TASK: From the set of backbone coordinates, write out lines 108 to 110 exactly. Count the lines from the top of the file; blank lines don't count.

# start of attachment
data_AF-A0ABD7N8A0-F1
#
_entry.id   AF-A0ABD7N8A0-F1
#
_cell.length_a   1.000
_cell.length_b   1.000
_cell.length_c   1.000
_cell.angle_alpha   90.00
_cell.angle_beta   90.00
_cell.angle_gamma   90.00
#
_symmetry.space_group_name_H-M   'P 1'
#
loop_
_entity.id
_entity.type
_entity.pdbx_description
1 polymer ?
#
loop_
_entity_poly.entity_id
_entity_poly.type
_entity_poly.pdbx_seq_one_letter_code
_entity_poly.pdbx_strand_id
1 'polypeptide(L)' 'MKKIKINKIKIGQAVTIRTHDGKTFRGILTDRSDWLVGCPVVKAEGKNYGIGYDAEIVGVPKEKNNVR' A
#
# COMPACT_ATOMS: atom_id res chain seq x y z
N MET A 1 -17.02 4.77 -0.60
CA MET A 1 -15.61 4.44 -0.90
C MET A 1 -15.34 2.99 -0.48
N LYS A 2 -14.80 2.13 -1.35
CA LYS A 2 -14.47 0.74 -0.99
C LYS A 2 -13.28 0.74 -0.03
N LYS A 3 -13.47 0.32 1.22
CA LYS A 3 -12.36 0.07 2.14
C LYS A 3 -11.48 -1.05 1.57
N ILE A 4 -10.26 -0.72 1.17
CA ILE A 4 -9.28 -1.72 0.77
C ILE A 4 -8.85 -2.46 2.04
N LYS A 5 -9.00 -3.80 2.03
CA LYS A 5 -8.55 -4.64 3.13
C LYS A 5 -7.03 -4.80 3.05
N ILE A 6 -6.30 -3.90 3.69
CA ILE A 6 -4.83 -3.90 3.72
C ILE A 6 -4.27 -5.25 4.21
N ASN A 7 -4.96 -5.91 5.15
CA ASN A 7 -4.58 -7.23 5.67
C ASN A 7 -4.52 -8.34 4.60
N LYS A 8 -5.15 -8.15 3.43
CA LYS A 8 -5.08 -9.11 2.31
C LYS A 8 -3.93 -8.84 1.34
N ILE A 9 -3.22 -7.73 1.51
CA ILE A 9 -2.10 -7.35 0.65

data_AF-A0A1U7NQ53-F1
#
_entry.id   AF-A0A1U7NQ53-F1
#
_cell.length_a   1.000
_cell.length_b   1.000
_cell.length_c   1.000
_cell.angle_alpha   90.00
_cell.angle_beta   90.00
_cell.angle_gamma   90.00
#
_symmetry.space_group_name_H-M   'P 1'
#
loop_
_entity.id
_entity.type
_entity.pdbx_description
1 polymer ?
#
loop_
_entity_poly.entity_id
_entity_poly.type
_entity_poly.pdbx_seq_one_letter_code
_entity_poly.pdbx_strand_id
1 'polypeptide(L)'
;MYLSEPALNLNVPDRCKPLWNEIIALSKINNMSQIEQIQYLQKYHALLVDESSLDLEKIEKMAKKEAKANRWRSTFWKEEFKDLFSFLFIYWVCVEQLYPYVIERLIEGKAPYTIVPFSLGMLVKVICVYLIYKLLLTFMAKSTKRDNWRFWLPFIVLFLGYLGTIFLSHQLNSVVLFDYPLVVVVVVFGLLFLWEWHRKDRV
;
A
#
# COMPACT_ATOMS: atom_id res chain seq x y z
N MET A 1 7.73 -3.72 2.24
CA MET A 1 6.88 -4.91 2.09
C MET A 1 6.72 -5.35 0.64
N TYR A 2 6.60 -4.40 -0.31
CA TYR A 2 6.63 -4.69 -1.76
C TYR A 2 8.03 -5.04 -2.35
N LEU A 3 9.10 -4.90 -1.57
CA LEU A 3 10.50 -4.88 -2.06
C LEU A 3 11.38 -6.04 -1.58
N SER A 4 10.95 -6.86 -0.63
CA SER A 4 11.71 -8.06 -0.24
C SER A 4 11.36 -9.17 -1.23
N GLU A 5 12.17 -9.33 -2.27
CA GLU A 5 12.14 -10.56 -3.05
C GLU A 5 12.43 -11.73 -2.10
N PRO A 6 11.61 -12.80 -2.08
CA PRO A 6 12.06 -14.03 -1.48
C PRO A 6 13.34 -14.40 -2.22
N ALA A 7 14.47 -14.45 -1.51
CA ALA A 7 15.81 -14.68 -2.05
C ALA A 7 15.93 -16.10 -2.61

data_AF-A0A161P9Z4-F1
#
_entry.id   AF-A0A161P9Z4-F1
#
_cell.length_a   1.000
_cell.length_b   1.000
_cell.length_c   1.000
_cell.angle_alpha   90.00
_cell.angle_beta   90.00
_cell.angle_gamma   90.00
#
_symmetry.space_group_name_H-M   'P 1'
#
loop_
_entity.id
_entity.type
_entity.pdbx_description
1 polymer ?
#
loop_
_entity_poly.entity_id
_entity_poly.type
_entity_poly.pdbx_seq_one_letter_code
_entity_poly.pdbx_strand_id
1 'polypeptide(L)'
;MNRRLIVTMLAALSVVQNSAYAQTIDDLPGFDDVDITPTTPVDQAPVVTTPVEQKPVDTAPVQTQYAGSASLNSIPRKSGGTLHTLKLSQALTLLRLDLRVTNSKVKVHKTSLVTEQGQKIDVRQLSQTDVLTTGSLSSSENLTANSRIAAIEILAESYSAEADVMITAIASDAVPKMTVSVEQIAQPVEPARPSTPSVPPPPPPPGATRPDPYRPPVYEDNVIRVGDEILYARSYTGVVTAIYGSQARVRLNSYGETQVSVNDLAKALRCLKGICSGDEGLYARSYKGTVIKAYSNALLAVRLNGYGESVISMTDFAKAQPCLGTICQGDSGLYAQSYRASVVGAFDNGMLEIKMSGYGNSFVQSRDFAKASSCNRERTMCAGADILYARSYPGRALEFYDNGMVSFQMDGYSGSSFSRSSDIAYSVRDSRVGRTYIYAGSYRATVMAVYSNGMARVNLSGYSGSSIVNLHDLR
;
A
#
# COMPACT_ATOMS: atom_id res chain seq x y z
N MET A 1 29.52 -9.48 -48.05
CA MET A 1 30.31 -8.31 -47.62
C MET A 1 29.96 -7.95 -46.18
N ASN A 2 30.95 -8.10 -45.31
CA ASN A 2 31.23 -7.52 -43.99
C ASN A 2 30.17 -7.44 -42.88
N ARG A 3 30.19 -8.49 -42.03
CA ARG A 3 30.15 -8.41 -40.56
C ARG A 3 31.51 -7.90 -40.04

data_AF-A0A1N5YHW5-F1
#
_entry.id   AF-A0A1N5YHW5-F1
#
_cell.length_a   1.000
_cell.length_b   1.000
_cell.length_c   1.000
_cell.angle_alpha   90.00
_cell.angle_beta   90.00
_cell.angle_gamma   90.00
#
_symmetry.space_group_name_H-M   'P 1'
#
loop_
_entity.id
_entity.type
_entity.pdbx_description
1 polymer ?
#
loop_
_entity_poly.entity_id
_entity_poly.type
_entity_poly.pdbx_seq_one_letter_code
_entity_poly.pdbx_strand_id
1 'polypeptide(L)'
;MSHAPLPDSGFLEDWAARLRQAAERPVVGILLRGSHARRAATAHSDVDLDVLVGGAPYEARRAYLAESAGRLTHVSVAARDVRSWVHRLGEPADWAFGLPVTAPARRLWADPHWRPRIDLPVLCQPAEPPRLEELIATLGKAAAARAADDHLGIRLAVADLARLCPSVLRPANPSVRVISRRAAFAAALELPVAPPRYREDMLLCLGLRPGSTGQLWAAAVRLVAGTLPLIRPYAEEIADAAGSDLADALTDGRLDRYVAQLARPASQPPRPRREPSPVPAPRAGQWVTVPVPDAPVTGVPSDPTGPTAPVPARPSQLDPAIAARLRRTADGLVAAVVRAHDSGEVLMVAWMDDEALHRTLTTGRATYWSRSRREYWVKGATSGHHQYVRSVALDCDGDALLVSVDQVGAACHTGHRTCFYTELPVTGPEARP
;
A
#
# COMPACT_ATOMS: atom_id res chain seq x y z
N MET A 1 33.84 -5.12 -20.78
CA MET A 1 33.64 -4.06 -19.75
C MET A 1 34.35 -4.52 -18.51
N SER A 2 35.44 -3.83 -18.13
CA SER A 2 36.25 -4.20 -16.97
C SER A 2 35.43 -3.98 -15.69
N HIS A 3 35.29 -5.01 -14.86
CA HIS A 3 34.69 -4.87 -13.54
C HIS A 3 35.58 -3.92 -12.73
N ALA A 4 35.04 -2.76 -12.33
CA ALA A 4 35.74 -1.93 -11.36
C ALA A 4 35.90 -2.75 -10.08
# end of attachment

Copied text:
#
_cell.length_a   1.000
_cell.length_b   1.000